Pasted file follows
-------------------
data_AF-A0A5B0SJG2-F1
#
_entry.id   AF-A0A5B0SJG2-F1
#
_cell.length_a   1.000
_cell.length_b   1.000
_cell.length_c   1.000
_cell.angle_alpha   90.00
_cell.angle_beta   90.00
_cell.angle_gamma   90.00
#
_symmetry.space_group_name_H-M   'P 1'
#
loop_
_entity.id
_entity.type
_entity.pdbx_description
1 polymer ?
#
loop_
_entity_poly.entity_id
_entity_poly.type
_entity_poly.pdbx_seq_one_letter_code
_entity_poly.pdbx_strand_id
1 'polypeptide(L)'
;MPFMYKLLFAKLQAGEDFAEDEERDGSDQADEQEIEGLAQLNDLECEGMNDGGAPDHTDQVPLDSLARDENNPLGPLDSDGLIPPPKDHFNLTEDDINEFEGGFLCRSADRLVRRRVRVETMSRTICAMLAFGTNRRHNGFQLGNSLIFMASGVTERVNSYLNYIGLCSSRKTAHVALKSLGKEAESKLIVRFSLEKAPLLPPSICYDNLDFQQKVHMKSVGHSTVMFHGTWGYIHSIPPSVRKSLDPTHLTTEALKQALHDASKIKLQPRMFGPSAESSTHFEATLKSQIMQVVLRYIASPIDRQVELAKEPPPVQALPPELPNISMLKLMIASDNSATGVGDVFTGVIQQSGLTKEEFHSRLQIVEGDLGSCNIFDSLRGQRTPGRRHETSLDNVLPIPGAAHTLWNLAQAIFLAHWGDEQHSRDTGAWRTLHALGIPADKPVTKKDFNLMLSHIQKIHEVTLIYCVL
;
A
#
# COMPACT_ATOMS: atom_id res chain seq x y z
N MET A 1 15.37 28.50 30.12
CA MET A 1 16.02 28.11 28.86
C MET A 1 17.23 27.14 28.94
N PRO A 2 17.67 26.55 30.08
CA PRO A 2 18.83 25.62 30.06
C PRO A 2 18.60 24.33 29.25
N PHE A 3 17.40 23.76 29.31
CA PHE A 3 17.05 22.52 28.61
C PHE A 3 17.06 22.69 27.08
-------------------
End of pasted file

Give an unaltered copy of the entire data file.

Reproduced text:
data_AF-A0A5B0SJG2-F1
#
_entry.id   AF-A0A5B0SJG2-F1
#
_cell.length_a   1.000
_cell.length_b   1.000
_cell.length_c   1.000
_cell.angle_alpha   90.00
_cell.angle_beta   90.00
_cell.angle_gamma   90.00
#
_symmetry.space_group_name_H-M   'P 1'
#
loop_
_entity.id
_entity.type
_entity.pdbx_description
1 polymer ?
#
loop_
_entity_poly.entity_id
_entity_poly.type
_entity_poly.pdbx_seq_one_letter_code
_entity_poly.pdbx_strand_id
1 'polypeptide(L)'
;MPFMYKLLFAKLQAGEDFAEDEERDGSDQADEQEIEGLAQLNDLECEGMNDGGAPDHTDQVPLDSLARDENNPLGPLDSDGLIPPPKDHFNLTEDDINEFEGGFLCRSADRLVRRRVRVETMSRTICAMLAFGTNRRHNGFQLGNSLIFMASGVTERVNSYLNYIGLCSSRKTAHVALKSLGKEAESKLIVRFSLEKAPLLPPSICYDNLDFQQKVHMKSVGHSTVMFHGTWGYIHSIPPSVRKSLDPTHLTTEALKQALHDASKIKLQPRMFGPSAESSTHFEATLKSQIMQVVLRYIASPIDRQVELAKEPPPVQALPPELPNISMLKLMIASDNSATGVGDVFTGVIQQSGLTKEEFHSRLQIVEGDLGSCNIFDSLRGQRTPGRRHETSLDNVLPIPGAAHTLWNLAQAIFLAHWGDEQHSRDTGAWRTLHALGIPADKPVTKKDFNLMLSHIQKIHEVTLIYCVL
;
A
#
# COMPACT_ATOMS: atom_id res chain seq x y z
N MET A 1 15.37 28.50 30.12
CA MET A 1 16.02 28.11 28.86
C MET A 1 17.23 27.14 28.94
N PRO A 2 17.67 26.55 30.08
CA PRO A 2 18.83 25.62 30.06
C PRO A 2 18.60 24.33 29.25
N PHE A 3 17.40 23.76 29.31
CA PHE A 3 17.05 22.52 28.61
C PHE A 3 17.06 22.69 27.08